ReduxRating:  5/10

Trivia:  Jody Watley was associated with an R&B star long before her days in the spotlight. Her godfather was legendary singer Jackie Wilson. Watley's father was the Rev. John E. Watley, Jr. who presided over the Miracle Temple church in Chicago. He was also a gospel music radio personality on a local station. Occasionally, music stars and other celebs would attend services at the church and at one point Jackie Wilson showed up. Given the nickname "Mr. Excitement" due to his energetic shows, Wilson would have a string of hits throughout the late 50s and 60s. He would collect up six Pop Top 10s and twelve R&B Top 10s including six #1s. Among his most popular songs was 1958's "Lonely Teardrops" (#1 R&B/#7 Pop) and 1967's "(You're Love Keeps Lifting Me) Higher and Higher" (#1 R&B/#6 Pop). Wilson and the Rev. Watley quickly became close friends. So much so that a young Jody Watley would call Wilson "Uncle Jackie." Wilson was considered part of the family and would later be dubbed as Jody's godfather. An eight-year-old Jody ended up on stage for the first time thanks to Wilson. After the family made a move to North Carolina, they attended one of Wilson's performances and at one point he brought Jody up on stage. Together they performed "Baby Workout," a 1963 #1 R&B/#5 hit for Wilson. It wasn't long before the young Watley got the bug to be a performer. Ten years later, she would have her first chart single with Shalamar ("Uptown Festival (Part 1)," 1977, #10 R&B/#25 Pop). Wilson would be inducted into the Rock and Roll Hall of Fame in 1987 three years after he passed away. In 2019, he would receive a star on the Hollywood Walk of Fame. Jody Watley would be the guest of honor at the ceremony.


Tuesday, May 18, 2021

"Wild Wild West" by Kool Moe Dee

Song#:  3497
Date:  04/30/1988
Debut:  94
Peak:  62
Weeks:  11
Genre:  Rap, Hip-Hop

Pop Bits:  Kool Moe Dee's 1986 self-titled debut album sold well getting to #23 R&B and #83 Pop. It was supported by the popular track "Go See the Doctor," which got on the Pop chart at #89. By the end of '87, his second album, How Ya Like Me Now, was ready for release. The title track would be issued out as the first single and it became his first song to make the R&B chart reaching #22. For a follow-up, this next track was released. It did even better becoming Kool Moe Dee's first R&B Top 10 at #4. The tune's popularity spread over to the Pop chart where it spent nearly three months. It would also earn Kool Moe Dee a Grammy nomination for Best Rap Performance. The hit helped the album sell and it would get to #4 R&B and #35 Pop. By November of '88, it would turn platinum. His third album, 1989's Knowledge Is King, would feature three R&B Top 20 hits including the #3 "They Want Money." None of the singles would reach the Pop chart. The LP would get to #2 R&B/#25 Pop and go gold. Kool Moe Dee would record two more solo albums that were far less successful before going on to other projects.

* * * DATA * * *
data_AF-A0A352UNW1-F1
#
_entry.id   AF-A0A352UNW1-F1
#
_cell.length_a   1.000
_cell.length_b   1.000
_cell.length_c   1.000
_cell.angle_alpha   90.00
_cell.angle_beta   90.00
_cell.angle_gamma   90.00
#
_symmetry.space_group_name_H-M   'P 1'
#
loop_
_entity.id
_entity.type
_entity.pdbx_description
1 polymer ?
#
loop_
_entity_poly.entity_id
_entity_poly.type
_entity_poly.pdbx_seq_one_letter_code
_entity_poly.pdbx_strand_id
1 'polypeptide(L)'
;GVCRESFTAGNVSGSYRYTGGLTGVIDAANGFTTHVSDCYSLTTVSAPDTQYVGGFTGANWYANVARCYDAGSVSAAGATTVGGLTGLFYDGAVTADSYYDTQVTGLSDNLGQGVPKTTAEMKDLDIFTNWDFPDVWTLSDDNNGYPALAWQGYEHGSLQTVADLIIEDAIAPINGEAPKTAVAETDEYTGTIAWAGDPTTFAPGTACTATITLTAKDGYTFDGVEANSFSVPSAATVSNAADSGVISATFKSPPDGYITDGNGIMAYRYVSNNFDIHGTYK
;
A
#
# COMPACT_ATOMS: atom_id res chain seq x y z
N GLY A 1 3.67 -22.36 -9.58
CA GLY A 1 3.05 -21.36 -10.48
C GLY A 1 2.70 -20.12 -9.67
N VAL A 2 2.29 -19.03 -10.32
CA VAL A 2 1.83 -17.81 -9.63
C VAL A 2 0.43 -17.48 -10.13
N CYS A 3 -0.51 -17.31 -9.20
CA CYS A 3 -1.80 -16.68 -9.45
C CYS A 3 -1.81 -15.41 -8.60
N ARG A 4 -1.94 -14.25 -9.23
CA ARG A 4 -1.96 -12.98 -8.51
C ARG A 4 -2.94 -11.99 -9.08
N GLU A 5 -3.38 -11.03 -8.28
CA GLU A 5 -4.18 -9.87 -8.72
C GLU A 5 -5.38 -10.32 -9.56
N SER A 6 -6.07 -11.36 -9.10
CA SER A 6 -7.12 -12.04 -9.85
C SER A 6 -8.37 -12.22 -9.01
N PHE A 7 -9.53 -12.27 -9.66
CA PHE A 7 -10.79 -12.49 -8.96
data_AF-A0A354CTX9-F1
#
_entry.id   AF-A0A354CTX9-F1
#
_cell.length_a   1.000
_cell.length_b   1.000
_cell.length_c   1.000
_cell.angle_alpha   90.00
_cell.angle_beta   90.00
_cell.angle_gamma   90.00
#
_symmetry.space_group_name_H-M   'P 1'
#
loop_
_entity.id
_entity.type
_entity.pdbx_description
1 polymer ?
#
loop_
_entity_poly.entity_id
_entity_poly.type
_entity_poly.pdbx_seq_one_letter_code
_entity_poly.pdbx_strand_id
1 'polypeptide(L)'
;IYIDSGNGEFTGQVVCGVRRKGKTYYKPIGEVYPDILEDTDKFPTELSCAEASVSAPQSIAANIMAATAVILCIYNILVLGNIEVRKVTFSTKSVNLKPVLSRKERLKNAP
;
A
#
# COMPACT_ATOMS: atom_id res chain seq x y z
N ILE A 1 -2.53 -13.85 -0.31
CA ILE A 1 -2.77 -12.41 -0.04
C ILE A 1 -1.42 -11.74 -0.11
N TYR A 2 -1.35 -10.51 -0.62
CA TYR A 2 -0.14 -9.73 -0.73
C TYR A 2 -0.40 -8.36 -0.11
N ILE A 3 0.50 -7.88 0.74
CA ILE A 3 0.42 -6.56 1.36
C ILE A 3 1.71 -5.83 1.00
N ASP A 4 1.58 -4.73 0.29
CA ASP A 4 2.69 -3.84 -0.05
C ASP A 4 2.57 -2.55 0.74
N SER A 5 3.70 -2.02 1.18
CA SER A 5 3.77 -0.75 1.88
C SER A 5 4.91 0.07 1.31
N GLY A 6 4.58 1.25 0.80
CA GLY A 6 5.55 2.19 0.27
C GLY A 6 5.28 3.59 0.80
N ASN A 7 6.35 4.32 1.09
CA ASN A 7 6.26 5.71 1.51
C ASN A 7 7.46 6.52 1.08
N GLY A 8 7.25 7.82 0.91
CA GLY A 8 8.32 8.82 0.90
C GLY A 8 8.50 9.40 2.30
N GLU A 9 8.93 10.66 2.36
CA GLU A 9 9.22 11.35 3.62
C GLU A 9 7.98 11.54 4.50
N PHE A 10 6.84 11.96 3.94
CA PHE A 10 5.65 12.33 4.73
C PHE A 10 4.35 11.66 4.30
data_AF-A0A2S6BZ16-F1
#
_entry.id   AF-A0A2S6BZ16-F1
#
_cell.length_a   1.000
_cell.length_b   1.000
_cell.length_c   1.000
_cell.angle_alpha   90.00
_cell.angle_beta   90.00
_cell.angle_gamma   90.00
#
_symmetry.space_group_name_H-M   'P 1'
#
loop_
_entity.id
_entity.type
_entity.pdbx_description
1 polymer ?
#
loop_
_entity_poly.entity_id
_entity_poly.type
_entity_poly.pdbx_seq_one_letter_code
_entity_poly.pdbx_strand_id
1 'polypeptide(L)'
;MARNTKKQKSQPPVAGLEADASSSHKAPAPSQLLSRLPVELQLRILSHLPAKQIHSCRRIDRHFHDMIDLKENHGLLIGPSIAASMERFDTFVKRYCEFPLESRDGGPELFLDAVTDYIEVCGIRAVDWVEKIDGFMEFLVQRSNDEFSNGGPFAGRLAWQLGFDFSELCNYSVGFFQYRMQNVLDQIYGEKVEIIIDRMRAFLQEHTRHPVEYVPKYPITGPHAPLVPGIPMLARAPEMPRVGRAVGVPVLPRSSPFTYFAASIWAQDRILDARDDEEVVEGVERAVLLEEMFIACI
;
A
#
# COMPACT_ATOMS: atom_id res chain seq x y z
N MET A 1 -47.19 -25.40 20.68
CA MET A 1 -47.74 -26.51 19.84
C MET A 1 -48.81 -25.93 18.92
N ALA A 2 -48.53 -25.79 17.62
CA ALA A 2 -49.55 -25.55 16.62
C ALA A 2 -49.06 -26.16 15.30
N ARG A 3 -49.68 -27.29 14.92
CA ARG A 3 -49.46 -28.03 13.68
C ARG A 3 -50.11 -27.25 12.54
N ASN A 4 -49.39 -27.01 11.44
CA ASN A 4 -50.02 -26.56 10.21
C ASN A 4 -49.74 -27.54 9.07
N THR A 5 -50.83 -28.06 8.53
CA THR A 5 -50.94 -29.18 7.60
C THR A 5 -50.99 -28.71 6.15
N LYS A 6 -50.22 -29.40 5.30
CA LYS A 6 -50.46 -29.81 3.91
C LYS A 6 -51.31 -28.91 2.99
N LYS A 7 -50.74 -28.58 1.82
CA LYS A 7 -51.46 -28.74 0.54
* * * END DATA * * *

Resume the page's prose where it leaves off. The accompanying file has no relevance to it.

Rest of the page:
ReduxReview:  It only took about 15 seconds to get vested in this track. The title hook, the Good/Bad/Ugly theme whistle, the beat, the sound effects, and the big slaps/snare quickly grabbed your attention even before Kool Moe Dee enters. He then takes control and drives the song even further. It was another winner for the rapper and it should have easily made the Pop Top 40. All I can think of as to why it didn't was reluctance from pop radio to play rap. I'm also guessing that the video didn't get much support from MTV. The tune got a little bit of attention later on via a shitty movie and its awful theme song (see below), but hopefully folks went back to discover the far, far better original "Wild Wild West" (both the Kool Moe Dee track and the 60s TV show).

ReduxRating:  8/10

Trivia:  In 1999, Will Smith would star in the big budget Western/action/comedy film Wild Wild West with Kevin Kline. It was loosely based on the popular 1960s TV show. For the film, Smith recorded a theme song that was also titled "Wild Wild West." The track would use samples from Kool Moe Dee's "Wild Wild West" and Stevie Wonder's 1976 #1 hit "I Wish." Kool Moe Dee would also be a guest on the song along with Dru Hill. The single, which appeared on the associated soundtrack album and was the lead single from Smith's second album Willennium, reached #1 Pop and #3 R&B. It would go gold. It was Smith's third and final #1 on the Pop chart. The soundtrack would reach #4 Pop/#4 R&B and go double-platinum. Smith's album would get to #5 Pop/#8 R&B and also go double-platinum. The film was highly panned by critics and while it did make over $113 million at the box office, that was far below expectations especially since it cost over $170 million to make. An additional $100 million from overseas showings helped the film barely break even. The movie was nominated for eight Golden Raspberry Awards. It would win five including Worst Picture and Worst Song for Smith's title track. Someone else who wasn't a fan of the movie was the TV show's star Robert Conrad. To put a point on his disapproval, Conrad showed up at the Golden Raspberry ceremony to accept three of the awards on behalf of the film.


Monday, May 17, 2021

"Broken Land" by The Adventures

Song#:  3496
Date:  04/30/1988
Debut:  97
Peak:  95
Weeks:  3
Genre:  Pop, Rock

Pop Bits:  This Irish band was formed by Terry Sharpe and Pat Gribben in 1984. They filled out the group with four other musicians including Gribben's wife, Eileen. They began playing shows early in '84 and it didn't take long for them to get noticed by a label. Chrysalis Records came calling and signed the band. They released two singles both of which scraped the lower rungs of the UK chart. It was enough for Chrysalis to fund an album and their debut, Theodore and Friends, was released in the spring of '85. A third single nearly cracked the Top 50, but it seemed the band wasn't making the inroads that they or the label thought they would. The band then moved over to Elektra and released this single. It took off and got to #20 in the UK. The band then quickly got in the studio to record their second album The Sea of Love. With the song doing well in the UK, a deal for US distribution was struck and the single released. It made the Rock Top 40 at #39 and was able to cross over to the Pop chart for a few minor weeks near the bottom. The album then scraped the US chart at #144. It did better in the UK reaching #30 thanks to a second single, "Drowning in the Sea of Love," that got to #44. A third album, 1990's Trading Secrets with the Moon, didn't fare as well and the band lost their Elektra contract. They got one more opportunity with Polydor Records for 1993's Lions and Tigers and Bears, but it went nowhere and the band proceeded to break up.